Consider this scenario: a company sees profit declining and considers a hiring freeze as a solution. However, data analysis shows that the outcome of that decision would mean a shortfall in production, and the additional cost of overtime or contingent staffing would be more than the savings from the hiring freeze.  

Unfilled roles affect efficiency and productivity, morale, overtime costs, and potentially, revenue. If you’re taking too long to fill roles because of sluggish recruitment, the CFO will need to know and work with HR to reduce spend in this area.  

Drilling down in the analytics may reveal irregularities affecting the process. For example, if you’re struggling to fill vacancies quickly, analyzing the data might reveal a long, unwieldy shortlist. HR will need to work on tightening up the profile of the ideal candidate and/or improving the talent pool.   

Strategic Workforce Planning  

Gone are the days when the CFO’s approach to human capital was completely budget-driven. Today, the workforce strategy is driving the financial strategy instead of the other way around. First, you need to understand what the business needs talent- and skill-wise, then take that to finance. 

Human capital cost management calls for a better understanding of the relationship between cost and performance, and the drivers of employee performance and engagement.  

The CFO must analyze workforce trends along with economic and industry trends, and use them to model labor supply and demand scenarios.   

Productivity and Performance  

Another area of the business where people and profit intersect is productivity. Changes in productivity will obviously affect the bottom line so this is the CFOs business.  

CFOs will want to use talent data to predict productivity and boost it by:   

  • Identifying and addressing lags in performance 
  • Identifying skills gaps that will affect performance 
  • Maximizing performance by working with HR to ensure the alignment of compensation packages, benefits, and rewards with business performance. 
  • Projecting the ROI of HR initiatives: for example, comparing productivity data with health and absentee data and health plan participation to see how employee wellbeing affects the business. 
  • Data analytics will help the CFO evaluate workforce productivity throughout the business to improve efficiency in production or time on tasks. Productivity metrics might uncover a need for automation, for example, to save time and money.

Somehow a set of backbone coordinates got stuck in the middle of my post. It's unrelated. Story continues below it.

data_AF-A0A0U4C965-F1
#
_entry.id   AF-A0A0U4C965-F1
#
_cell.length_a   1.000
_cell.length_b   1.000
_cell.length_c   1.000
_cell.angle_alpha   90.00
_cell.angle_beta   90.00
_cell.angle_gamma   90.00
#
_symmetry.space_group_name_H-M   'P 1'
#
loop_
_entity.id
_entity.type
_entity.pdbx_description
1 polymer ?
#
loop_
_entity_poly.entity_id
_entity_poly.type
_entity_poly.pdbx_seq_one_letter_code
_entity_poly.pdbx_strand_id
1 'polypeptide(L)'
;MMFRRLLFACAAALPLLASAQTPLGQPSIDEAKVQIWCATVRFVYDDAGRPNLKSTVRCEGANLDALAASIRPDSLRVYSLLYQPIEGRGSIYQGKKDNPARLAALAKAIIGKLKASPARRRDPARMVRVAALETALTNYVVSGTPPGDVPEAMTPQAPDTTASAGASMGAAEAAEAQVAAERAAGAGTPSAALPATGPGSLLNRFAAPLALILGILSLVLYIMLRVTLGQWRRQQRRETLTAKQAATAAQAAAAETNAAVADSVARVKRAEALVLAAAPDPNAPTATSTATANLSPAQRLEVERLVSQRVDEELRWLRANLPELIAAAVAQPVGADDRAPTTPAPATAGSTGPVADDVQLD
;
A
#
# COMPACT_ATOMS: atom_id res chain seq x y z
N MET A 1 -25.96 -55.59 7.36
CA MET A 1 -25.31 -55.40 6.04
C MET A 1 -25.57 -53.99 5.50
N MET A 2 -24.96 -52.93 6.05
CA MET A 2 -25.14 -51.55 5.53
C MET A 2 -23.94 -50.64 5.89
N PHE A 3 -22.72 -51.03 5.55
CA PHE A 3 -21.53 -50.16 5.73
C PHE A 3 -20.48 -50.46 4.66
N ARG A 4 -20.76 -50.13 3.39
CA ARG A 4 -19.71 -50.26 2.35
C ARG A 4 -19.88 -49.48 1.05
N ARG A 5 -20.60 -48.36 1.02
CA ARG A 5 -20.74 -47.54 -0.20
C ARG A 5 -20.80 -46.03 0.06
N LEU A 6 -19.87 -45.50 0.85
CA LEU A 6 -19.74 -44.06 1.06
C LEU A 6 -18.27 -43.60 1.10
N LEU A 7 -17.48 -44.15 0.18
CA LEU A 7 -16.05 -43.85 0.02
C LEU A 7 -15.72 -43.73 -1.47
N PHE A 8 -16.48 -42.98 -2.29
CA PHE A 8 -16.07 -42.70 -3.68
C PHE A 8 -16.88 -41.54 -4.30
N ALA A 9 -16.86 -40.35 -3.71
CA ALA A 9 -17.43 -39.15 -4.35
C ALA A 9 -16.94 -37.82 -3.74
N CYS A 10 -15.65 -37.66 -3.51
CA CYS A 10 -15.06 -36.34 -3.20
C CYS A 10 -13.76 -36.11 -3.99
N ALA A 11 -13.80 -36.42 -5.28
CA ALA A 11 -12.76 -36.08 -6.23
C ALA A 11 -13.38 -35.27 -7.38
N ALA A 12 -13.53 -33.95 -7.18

Another potential runaway cost the CFO needs to monitor is turnover. 

With the average turnover cost for one employee estimated at 1.5 to 2 times their salary, total annual turnover costs can be astronomical. The domino effect of both hard and soft costs can have a disastrous effect on profitability.  

People analytics can help improve retention strategies throughout the employee lifecycle. It begins by using the insights gained from recruitment metrics to hire the right people for the right roles.  

Once hired, effective onboarding helps to keep the new hire turnover rate in check. The next hurdle in keeping your talent is developing and engaging them. Talent development is a strategic investment that can keep attrition low among your top talent.  

Keeping talent can be tricky since people leave for all kinds of reasons. People analytics takes some of the complexity out of it by allowing you to spot industry and market trends that affect risks within the workforce. Examples of this at work include Credit Suisse using diagnostic analytics to reduce attrition among female employees, and IBM using predictive analytics to measure flight risks.  

The business case for CFO leveraging people analytics to achieve financial goals is undeniable. Studies have linked it with strong business performance and higher profit margins. Regardless of the size of your business, the bottom line is you stand to benefit from looking at financial and workforce data simultaneously.  


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About Pixentia

Pixentia is a full-service technology company dedicated to helping clients solve business problems, improve the capability of their people, and achieve better results.